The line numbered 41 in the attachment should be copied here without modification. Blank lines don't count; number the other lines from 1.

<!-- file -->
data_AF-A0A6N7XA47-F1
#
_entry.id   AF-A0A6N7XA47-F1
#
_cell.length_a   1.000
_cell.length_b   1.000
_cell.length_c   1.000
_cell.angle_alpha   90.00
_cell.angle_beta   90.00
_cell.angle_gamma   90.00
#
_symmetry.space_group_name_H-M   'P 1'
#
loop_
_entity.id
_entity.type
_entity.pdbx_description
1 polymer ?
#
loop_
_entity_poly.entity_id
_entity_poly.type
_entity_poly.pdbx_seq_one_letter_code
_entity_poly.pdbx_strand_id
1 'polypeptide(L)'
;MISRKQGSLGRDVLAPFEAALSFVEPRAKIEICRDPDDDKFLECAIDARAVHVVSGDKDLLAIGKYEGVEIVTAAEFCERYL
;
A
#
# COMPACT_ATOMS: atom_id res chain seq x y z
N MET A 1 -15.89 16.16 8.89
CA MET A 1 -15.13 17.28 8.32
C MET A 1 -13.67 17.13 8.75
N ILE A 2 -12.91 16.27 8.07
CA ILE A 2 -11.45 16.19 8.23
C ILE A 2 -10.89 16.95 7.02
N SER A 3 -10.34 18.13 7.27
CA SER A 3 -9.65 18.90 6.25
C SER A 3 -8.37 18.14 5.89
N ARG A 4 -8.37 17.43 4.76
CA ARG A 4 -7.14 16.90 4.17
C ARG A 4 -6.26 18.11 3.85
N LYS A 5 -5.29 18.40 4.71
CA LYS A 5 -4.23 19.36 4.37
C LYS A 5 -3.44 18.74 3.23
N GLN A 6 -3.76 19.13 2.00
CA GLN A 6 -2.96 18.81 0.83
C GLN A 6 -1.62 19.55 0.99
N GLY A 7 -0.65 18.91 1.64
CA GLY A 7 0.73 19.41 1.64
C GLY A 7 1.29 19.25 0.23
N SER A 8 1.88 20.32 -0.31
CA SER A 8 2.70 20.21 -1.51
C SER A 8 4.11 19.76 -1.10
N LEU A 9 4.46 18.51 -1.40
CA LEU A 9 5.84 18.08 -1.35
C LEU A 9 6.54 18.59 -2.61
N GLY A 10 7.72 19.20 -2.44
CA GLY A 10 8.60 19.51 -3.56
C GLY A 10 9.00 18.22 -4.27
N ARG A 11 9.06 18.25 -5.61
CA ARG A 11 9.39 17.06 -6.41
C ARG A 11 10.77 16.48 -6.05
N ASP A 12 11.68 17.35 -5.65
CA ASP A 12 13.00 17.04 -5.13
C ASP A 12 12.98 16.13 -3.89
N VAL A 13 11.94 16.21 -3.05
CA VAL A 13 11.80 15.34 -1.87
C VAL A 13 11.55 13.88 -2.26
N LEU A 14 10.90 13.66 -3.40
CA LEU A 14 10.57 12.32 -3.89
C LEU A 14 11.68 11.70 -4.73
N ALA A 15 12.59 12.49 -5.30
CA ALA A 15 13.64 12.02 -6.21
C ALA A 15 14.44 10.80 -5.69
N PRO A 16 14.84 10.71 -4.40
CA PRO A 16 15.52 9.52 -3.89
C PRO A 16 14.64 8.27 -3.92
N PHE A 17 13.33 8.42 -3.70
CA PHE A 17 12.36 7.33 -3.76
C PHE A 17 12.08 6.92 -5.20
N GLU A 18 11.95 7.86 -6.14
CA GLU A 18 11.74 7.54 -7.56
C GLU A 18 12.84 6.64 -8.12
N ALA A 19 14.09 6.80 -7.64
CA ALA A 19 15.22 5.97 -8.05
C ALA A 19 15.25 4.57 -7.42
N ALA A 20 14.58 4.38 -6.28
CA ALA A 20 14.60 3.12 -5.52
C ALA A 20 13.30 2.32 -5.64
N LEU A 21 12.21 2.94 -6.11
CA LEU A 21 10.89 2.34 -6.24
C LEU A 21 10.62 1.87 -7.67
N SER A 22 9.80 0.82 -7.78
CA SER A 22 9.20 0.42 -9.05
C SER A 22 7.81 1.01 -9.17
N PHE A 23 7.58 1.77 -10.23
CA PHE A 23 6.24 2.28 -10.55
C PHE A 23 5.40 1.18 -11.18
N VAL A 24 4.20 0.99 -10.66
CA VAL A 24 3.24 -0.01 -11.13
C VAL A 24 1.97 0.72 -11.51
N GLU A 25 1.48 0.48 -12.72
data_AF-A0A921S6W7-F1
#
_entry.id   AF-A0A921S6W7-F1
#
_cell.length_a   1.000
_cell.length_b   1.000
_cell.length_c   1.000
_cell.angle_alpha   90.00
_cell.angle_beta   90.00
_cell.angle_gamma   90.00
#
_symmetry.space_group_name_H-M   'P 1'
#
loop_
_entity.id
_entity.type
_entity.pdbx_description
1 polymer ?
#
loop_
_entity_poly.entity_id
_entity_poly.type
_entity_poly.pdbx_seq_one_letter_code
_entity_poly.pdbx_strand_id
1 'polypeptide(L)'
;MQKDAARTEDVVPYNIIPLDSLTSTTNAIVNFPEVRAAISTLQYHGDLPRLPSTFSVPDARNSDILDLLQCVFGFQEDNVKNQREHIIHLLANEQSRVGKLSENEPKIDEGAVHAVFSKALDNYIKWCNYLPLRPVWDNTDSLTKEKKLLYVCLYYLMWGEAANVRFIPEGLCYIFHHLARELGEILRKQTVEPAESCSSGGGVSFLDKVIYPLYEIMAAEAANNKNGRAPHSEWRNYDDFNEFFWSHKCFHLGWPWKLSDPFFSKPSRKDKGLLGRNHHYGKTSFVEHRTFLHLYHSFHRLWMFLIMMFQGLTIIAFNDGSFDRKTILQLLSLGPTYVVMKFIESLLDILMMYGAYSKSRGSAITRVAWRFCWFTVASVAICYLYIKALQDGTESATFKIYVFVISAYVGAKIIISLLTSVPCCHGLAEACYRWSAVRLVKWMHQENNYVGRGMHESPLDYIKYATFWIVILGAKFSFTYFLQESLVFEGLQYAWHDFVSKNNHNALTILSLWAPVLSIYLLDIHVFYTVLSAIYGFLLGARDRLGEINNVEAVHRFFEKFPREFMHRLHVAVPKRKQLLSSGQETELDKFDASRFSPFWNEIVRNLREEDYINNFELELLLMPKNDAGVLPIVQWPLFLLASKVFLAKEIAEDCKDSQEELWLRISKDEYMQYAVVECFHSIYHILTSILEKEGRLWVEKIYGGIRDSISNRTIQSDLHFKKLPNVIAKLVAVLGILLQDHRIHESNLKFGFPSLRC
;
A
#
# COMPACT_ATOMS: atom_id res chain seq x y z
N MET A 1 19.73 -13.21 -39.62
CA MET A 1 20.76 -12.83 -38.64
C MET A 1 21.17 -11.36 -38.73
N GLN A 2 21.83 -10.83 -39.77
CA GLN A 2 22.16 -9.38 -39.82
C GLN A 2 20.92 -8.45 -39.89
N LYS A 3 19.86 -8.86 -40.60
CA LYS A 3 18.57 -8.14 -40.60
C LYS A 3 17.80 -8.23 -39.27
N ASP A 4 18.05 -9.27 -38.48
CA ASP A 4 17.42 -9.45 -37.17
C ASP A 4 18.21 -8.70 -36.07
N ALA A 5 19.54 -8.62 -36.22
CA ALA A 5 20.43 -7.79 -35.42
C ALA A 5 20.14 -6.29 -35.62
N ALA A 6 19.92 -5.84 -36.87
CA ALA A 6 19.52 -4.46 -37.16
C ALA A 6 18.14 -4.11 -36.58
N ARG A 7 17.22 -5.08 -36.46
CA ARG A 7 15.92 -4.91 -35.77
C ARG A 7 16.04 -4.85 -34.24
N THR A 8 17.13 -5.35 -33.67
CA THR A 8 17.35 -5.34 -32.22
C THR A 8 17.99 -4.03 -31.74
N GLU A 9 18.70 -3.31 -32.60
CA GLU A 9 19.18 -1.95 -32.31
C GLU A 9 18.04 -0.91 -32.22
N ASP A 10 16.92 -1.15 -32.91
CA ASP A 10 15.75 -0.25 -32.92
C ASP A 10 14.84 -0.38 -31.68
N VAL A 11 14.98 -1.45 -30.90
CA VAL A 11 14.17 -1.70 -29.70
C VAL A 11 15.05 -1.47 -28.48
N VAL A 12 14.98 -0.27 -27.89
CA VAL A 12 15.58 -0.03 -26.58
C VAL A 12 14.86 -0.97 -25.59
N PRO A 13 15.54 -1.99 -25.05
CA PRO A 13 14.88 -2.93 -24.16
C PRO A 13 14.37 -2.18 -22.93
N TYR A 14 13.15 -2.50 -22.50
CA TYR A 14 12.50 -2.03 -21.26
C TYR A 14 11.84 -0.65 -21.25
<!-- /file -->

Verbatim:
CA ARG A 4 -7.14 16.90 4.17